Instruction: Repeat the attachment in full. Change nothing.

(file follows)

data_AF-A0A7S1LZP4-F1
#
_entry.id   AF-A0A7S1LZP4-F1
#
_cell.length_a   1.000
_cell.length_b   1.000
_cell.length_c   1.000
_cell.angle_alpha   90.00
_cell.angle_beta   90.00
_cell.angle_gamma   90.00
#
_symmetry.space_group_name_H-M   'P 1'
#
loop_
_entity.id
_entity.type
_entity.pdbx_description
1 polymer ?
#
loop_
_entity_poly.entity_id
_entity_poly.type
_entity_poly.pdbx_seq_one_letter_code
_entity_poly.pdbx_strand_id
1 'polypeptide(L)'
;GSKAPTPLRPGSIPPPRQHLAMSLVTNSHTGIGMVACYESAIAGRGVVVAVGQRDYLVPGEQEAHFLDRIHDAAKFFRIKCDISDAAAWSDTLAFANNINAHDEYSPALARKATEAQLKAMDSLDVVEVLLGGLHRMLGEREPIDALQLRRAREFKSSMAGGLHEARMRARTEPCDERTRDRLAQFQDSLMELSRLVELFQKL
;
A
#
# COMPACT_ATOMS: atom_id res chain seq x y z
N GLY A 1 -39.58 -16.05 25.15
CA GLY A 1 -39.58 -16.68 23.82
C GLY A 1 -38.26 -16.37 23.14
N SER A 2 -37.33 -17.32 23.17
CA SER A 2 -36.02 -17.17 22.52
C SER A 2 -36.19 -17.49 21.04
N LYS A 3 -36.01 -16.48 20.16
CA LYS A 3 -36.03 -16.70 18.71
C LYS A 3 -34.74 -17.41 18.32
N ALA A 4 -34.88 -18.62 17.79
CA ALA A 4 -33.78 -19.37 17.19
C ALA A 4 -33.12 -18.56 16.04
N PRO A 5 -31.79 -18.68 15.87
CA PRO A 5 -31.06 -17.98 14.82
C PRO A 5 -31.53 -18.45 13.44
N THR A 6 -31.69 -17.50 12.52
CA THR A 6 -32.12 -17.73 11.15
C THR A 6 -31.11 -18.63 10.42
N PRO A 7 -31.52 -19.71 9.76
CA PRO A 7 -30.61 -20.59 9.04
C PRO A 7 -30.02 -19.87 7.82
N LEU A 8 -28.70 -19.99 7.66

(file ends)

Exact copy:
data_AF-A0A7S1LZP4-F1
#
_entry.id   AF-A0A7S1LZP4-F1
#
_cell.length_a   1.000
_cell.length_b   1.000
_cell.length_c   1.000
_cell.angle_alpha   90.00
_cell.angle_beta   90.00
_cell.angle_gamma   90.00
#
_symmetry.space_group_name_H-M   'P 1'
#
loop_
_entity.id
_entity.type
_entity.pdbx_description
1 polymer ?
#
loop_
_entity_poly.entity_id
_entity_poly.type
_entity_poly.pdbx_seq_one_letter_code
_entity_poly.pdbx_strand_id
1 'polypeptide(L)'
;GSKAPTPLRPGSIPPPRQHLAMSLVTNSHTGIGMVACYESAIAGRGVVVAVGQRDYLVPGEQEAHFLDRIHDAAKFFRIKCDISDAAAWSDTLAFANNINAHDEYSPALARKATEAQLKAMDSLDVVEVLLGGLHRMLGEREPIDALQLRRAREFKSSMAGGLHEARMRARTEPCDERTRDRLAQFQDSLMELSRLVELFQKL
;
A
#
# COMPACT_ATOMS: atom_id res chain seq x y z
N GLY A 1 -39.58 -16.05 25.15
CA GLY A 1 -39.58 -16.68 23.82
C GLY A 1 -38.26 -16.37 23.14
N SER A 2 -37.33 -17.32 23.17
CA SER A 2 -36.02 -17.17 22.52
C SER A 2 -36.19 -17.49 21.04
N LYS A 3 -36.01 -16.48 20.16
CA LYS A 3 -36.03 -16.70 18.71
C LYS A 3 -34.74 -17.41 18.32
N ALA A 4 -34.88 -18.62 17.79
CA ALA A 4 -33.78 -19.37 17.19
C ALA A 4 -33.12 -18.56 16.04
N PRO A 5 -31.79 -18.68 15.87
CA PRO A 5 -31.06 -17.98 14.82
C PRO A 5 -31.53 -18.45 13.44
N THR A 6 -31.69 -17.50 12.52
CA THR A 6 -32.12 -17.73 11.15
C THR A 6 -31.11 -18.63 10.42
N PRO A 7 -31.52 -19.71 9.76
CA PRO A 7 -30.61 -20.59 9.04
C PRO A 7 -30.02 -19.87 7.82
N LEU A 8 -28.70 -19.99 7.66